The most successful domestic New Zealand film of all time, this is likely going to become a significant cultural touchstone going forward for Australia’s picturesque neighbour. And deservedly so. Not only does the adventures of Ricky Baker deserve to live on forever, this is the funniest, charming and most touching film I have seen in a long time.
Hunt for the Wilderpeople (2016) is a New Zealand adventure/comedy written and directed by up-and-coming film-maker Taika Waititi (What we Do in the Shadows, Boy and soon Thor: Ragnarok). It stars Julian Dennison as rebellious orphan Ricky Baker who is placed in an isolated foster home with the accommodating Bella (Rima Te Wiata) and grumpy Hector (Sam Neill). But after tragedy strikes and Ricky runs away with the begrudging Hector, a national manhunt is ordered to bring the duo back.
The film plays out like a kooky roadtrip with a mismatched pair of souls – the wannabe skux gangsta’ Ricky and the grumpy and down-to-earth Hector. Doggedly chased by an encroaching police force, as well as vengeful hunters and an odd animal or two, the film constantly surprises with how unpredictable it is. While overall not a ground-breaking roadtrip narrative, every time a predictable story beat seems to appear, the movie takes a sharp left and veers in the complete opposite direction. It makes for a viewing experience that feels fresh and exciting amidst all the typical story clichés and tropes dotting Hollywood today.
Not only is the narrative comfortably engaging, this movie is imbued with an infectious sense of humour and impressive dramatic energy. The balance between comedy and drama is something Waititi has clearly perfected since Boy, and both hit so well that the film is imbued with a light-hearted sense of energy that can’t help but snare even the most black-hearted viewer. Not only that, but this movie is funny and quotable to the nth degree, kiwi accent and all. Like Aussie classic The Castle, the movie has stumbled on to a sense of both raw infectious energy and classic cultural power, and is likely to be held up as a kiwi culture point (like The Castle) for years to come.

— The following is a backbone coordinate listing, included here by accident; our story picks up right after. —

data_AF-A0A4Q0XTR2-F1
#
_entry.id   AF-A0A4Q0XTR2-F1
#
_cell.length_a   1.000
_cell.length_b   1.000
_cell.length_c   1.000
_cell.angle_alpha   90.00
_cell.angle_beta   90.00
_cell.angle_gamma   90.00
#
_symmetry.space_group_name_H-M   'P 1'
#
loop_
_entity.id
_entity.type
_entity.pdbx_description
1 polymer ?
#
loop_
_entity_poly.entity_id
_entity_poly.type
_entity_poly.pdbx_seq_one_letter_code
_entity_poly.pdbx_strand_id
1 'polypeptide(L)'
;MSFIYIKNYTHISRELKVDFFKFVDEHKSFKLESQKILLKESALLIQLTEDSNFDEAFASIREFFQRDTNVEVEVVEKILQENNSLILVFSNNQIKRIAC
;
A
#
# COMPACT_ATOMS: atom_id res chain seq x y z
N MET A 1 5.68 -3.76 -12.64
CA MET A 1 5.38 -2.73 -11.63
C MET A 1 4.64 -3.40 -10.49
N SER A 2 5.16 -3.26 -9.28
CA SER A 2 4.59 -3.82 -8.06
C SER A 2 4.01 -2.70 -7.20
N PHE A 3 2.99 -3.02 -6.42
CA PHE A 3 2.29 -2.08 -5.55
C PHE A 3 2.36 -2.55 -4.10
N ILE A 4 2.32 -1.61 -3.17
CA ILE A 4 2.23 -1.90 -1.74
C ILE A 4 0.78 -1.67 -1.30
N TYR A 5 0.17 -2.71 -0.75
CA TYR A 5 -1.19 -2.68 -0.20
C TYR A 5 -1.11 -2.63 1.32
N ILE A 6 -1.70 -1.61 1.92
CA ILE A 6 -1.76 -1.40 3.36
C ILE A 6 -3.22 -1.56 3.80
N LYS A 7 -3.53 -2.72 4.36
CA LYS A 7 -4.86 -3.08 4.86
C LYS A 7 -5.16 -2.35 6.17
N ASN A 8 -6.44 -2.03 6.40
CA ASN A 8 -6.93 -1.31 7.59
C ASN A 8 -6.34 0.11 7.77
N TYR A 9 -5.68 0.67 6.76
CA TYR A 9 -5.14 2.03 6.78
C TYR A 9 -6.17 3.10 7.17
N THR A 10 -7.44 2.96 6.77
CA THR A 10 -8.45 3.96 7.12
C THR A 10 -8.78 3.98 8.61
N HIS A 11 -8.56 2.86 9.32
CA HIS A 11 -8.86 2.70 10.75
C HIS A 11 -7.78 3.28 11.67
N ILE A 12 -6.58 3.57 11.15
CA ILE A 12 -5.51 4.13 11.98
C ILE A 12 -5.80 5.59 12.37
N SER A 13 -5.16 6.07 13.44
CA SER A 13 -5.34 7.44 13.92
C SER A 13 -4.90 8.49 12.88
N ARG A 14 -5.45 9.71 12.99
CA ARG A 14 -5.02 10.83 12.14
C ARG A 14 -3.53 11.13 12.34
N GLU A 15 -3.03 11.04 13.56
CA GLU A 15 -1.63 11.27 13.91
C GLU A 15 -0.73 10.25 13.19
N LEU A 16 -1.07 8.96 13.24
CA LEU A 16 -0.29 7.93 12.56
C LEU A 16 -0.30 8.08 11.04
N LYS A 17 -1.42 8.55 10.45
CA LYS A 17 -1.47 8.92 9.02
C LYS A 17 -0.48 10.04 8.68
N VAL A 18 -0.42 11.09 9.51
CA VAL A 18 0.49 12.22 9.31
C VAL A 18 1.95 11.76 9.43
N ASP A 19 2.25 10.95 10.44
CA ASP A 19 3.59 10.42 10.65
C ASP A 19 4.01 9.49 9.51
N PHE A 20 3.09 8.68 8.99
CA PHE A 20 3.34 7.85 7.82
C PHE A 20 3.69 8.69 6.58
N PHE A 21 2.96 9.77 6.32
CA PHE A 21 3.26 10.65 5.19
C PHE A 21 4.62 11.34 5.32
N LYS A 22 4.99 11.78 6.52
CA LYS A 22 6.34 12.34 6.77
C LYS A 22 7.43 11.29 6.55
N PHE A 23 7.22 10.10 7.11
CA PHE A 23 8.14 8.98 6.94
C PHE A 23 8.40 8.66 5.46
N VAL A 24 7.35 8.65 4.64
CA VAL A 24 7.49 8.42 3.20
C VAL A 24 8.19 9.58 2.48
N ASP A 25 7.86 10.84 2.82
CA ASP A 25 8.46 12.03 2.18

Much of the joy of Wilderpeople is thanks to the writing, but plenty of the awe should also be directed towards the two leads. Julian Dennison is a relative newcomer as Ricky, but has real talent – capturing the sweet and rebel sides of Baker equally while perfectly selling his growing affinity for Hector. Sam Neill, with plenty of experience compared to Dennison, knows not to try and outshine the kid, but still manages to create quite the impression. While Ricky Baker may be the spirit of the film, Hector is the emotion and Neill sells several key moments perfectly in order to create the bitter to go with Dennison’s sweet.
In regards to the directing, Waititi is no stranger to shooting innovatively (after the brilliant What we do in the Shadows and excellent Boy), and Wilderpeople keeps up his streak, maintaining eccentricities and visual flourishes that elevate the energy of the film to another level. Wilderpeople however does possess a scale and budget Waititi hasn’t dealt with yet, and a few key moments of CGI and scope do tend to resort to the typical bewilderingly fast-cuts of Hollywood films in an uncharacteristic expression of just being ‘standard’. Which is weird for such a brilliantly original and kooky director (and I hope it doesn’t signal things to come for Thor: Ragnarok).
But aside from those few brief missteps, Hunt for the Wilderpeople is the most perfect melding of grassroots culture, cinematic energy and touching drama I have seen in a long time. Hands down the best film of 2016 so far, and a movie that makes me damn proud to be half-kiwi.
General Audiences: Must-see
Film Buffs: Must-see
Cultists: Highly Recommended
Winner of the 2016 Batsie Award for Almost got ‘im.